Feel like you’re drowning in debt? I know that feeling all to well. When you’re standing at the bottom of a debt mountain, you might feel like there’s no way to even begin climbing it. Wait a second, you think. What about a debt consolidation loan? I’ll just combine all these different debts into one and work on paying that down!
A debt consolidation loan might be helpful for you, but it can easily create a bigger problem for some people. SO let’s figure out exactly what you’re getting into when you take out a debt consolidation loan.
What is a Debt Consolidation Loan?
Before you dive into anything when it comes to your money, you should know exactly what you’re getting into!
Debt consolidation takes multiple loans and melds them into one loan with a new interest rate and a new length of payment. For example, say you’re debt total is $50,000. You’ve got one loan at $10,000 and 15% interest, two loans at $7,000 and 12% interest, and a $26,000 loan at 7% interest. A debt consolidation offer would take all that debt across your different lenders and combine it all. They they offer you a new loan of all your debt with one interest rate, new payment terms, and possibly a lower monthly payment.
What You Need to Know Before You Consolidate
At first glance, debt consolidation loans seem like a no-brainer. Of course you want one easy, possibly lower monthly payment! But we know that nothing comes that easy.
The sneaky thing about debt consolidation is that it often lengthens the terms of your debt payoff. Many debts come with fixed payment terms; you take out a student loan and you have ten years to pay it back. You take out an auto loan and you have three years to pay it back.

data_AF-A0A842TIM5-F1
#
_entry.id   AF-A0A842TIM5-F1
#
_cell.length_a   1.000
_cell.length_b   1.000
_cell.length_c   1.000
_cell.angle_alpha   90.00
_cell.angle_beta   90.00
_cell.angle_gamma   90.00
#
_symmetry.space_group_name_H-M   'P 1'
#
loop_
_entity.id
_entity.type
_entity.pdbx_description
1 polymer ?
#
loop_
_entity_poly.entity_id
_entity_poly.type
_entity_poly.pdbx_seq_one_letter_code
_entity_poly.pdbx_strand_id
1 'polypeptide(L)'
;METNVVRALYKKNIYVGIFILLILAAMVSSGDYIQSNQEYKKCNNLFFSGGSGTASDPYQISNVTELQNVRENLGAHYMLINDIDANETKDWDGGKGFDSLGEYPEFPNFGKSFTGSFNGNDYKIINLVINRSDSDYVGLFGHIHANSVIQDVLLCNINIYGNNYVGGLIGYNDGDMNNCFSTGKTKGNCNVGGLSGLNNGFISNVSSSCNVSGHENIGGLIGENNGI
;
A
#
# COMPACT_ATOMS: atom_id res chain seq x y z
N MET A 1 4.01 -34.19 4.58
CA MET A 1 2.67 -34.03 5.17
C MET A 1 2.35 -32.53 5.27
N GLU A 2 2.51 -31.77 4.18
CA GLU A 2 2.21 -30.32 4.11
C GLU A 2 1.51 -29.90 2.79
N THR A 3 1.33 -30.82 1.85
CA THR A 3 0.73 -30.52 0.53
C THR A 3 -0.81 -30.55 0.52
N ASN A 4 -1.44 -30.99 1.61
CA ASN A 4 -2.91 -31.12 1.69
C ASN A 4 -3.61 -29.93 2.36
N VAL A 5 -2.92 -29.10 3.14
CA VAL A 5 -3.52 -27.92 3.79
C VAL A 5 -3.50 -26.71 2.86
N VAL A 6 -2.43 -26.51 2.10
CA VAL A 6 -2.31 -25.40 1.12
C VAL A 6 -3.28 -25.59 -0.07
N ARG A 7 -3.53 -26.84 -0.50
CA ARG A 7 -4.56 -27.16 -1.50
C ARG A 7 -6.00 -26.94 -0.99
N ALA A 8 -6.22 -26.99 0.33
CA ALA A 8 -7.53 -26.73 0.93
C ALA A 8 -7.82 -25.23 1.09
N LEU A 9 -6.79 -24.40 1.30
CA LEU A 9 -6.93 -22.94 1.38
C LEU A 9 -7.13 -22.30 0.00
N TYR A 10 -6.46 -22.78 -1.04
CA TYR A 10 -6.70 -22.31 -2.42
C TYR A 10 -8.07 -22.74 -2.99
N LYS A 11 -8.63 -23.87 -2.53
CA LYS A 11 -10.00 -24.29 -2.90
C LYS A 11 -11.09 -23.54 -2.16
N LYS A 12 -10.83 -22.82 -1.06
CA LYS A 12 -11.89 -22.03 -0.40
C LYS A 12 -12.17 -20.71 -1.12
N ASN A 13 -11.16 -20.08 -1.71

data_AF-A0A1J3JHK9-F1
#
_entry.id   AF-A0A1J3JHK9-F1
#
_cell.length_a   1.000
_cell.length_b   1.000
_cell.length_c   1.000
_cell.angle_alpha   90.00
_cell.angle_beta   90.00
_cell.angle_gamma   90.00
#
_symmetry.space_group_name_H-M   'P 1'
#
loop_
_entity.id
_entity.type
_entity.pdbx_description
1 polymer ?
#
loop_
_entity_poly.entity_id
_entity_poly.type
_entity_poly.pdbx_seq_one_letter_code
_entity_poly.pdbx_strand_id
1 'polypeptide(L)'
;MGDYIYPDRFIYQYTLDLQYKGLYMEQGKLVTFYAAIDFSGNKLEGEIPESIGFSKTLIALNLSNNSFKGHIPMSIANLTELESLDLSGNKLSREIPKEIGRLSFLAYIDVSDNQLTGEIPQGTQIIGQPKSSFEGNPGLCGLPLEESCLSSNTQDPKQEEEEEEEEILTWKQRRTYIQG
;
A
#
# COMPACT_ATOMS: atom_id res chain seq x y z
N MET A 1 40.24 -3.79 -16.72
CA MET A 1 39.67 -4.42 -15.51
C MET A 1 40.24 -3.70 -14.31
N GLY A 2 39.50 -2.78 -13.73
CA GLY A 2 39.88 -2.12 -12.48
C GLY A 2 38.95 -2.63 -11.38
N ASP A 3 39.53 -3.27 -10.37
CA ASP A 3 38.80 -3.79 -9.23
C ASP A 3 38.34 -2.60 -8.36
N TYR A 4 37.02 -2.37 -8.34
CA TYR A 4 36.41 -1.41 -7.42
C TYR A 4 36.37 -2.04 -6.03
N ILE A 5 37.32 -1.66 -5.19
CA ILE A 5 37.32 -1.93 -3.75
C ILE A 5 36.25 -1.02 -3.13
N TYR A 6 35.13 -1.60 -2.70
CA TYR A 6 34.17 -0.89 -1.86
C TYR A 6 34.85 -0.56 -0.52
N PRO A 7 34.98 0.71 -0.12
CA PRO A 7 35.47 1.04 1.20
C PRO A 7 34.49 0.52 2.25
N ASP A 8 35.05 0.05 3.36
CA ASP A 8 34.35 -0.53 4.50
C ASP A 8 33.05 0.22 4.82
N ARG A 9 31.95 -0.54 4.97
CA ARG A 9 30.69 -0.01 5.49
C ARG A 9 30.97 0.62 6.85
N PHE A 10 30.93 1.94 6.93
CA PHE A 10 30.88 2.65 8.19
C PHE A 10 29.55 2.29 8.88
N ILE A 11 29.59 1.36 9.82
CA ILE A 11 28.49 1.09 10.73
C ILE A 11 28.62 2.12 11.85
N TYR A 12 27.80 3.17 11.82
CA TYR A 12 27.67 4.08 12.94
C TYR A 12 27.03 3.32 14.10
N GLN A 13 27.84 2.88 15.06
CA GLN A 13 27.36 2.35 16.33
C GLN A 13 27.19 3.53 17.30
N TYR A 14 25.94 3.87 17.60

If you’re already 7 years into a student loan payment term, debt consolidation can cause it to start over, and give you another decade. This means that even though you may have gotten a lower interest rate, you can end up paying more simply because you’ve just added another 10 years of payments!
And let’s talk about that interest rate; there is NO guarantee that you’ll get a lower rate. That depends on your credit score and credit history. If you’ve got bad credit, debt consolidation could come with a higher interest rate.
Where to Start
If you’ve done your homework, negotiated with lenders, you might have scored a better deal with a debt consolidation loan. So feel free to go for it! But if you want it to be the magic bullet that finally kills your debt, you shouldn’t hold your breath.
Spend a few months changing your own habits before you consider debt consolidation. Try cutting back and earning more, and see if simply changing your own behaviors helps that debt start to go down.
Looking for more great articles on how I handle my money? Try these articles:
Why I Have Trouble Spending Money
How I’m Paying Off That $1,200 Credit Card Bill
Kara Perez is the original founder of From Frugal To Free. She is a money expert, speaker and founder of Bravely Go, a feminist financial education company. Her work has been featured on NPR, Business Insider, Forbes, and Elite Daily.